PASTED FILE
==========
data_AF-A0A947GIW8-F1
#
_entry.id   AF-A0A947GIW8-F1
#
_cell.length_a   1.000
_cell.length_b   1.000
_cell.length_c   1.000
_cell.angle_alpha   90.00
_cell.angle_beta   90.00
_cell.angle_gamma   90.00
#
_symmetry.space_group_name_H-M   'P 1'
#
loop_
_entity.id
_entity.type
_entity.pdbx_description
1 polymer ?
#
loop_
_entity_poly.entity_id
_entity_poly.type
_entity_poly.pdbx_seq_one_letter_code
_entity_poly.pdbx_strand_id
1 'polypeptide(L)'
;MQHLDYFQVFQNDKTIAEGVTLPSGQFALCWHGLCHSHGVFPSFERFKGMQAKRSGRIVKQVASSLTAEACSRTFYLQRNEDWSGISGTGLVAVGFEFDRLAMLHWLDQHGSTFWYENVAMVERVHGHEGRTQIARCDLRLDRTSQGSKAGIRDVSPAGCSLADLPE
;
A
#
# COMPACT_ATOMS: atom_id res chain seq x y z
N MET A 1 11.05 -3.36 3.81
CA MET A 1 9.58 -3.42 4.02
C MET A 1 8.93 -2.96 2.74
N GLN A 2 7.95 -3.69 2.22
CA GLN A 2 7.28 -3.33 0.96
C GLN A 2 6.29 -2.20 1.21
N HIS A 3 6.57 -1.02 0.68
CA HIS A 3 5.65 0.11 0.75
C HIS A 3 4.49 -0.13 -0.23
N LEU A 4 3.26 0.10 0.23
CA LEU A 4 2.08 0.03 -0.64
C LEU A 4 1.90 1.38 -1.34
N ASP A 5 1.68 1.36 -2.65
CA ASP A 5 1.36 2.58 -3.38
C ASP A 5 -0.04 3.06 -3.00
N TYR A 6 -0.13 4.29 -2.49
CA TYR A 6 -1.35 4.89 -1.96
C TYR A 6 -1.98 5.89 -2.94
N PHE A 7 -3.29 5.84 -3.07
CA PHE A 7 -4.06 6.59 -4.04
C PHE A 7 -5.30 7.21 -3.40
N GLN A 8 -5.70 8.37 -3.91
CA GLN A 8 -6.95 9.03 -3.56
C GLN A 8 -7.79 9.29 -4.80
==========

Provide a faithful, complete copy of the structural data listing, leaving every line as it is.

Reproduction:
data_AF-A0A947GIW8-F1
#
_entry.id   AF-A0A947GIW8-F1
#
_cell.length_a   1.000
_cell.length_b   1.000
_cell.length_c   1.000
_cell.angle_alpha   90.00
_cell.angle_beta   90.00
_cell.angle_gamma   90.00
#
_symmetry.space_group_name_H-M   'P 1'
#
loop_
_entity.id
_entity.type
_entity.pdbx_description
1 polymer ?
#
loop_
_entity_poly.entity_id
_entity_poly.type
_entity_poly.pdbx_seq_one_letter_code
_entity_poly.pdbx_strand_id
1 'polypeptide(L)'
;MQHLDYFQVFQNDKTIAEGVTLPSGQFALCWHGLCHSHGVFPSFERFKGMQAKRSGRIVKQVASSLTAEACSRTFYLQRNEDWSGISGTGLVAVGFEFDRLAMLHWLDQHGSTFWYENVAMVERVHGHEGRTQIARCDLRLDRTSQGSKAGIRDVSPAGCSLADLPE
;
A
#
# COMPACT_ATOMS: atom_id res chain seq x y z
N MET A 1 11.05 -3.36 3.81
CA MET A 1 9.58 -3.42 4.02
C MET A 1 8.93 -2.96 2.74
N GLN A 2 7.95 -3.69 2.22
CA GLN A 2 7.28 -3.33 0.96
C GLN A 2 6.29 -2.20 1.21
N HIS A 3 6.57 -1.02 0.68
CA HIS A 3 5.65 0.11 0.75
C HIS A 3 4.49 -0.13 -0.23
N LEU A 4 3.26 0.10 0.23
CA LEU A 4 2.08 0.03 -0.64
C LEU A 4 1.90 1.38 -1.34
N ASP A 5 1.68 1.36 -2.65
CA ASP A 5 1.36 2.58 -3.38
C ASP A 5 -0.04 3.06 -3.00
N TYR A 6 -0.13 4.29 -2.49
CA TYR A 6 -1.35 4.89 -1.96
C TYR A 6 -1.98 5.89 -2.94
N PHE A 7 -3.29 5.84 -3.07
CA PHE A 7 -4.06 6.59 -4.04
C PHE A 7 -5.30 7.21 -3.40
N GLN A 8 -5.70 8.37 -3.91
CA GLN A 8 -6.95 9.03 -3.56
C GLN A 8 -7.79 9.29 -4.80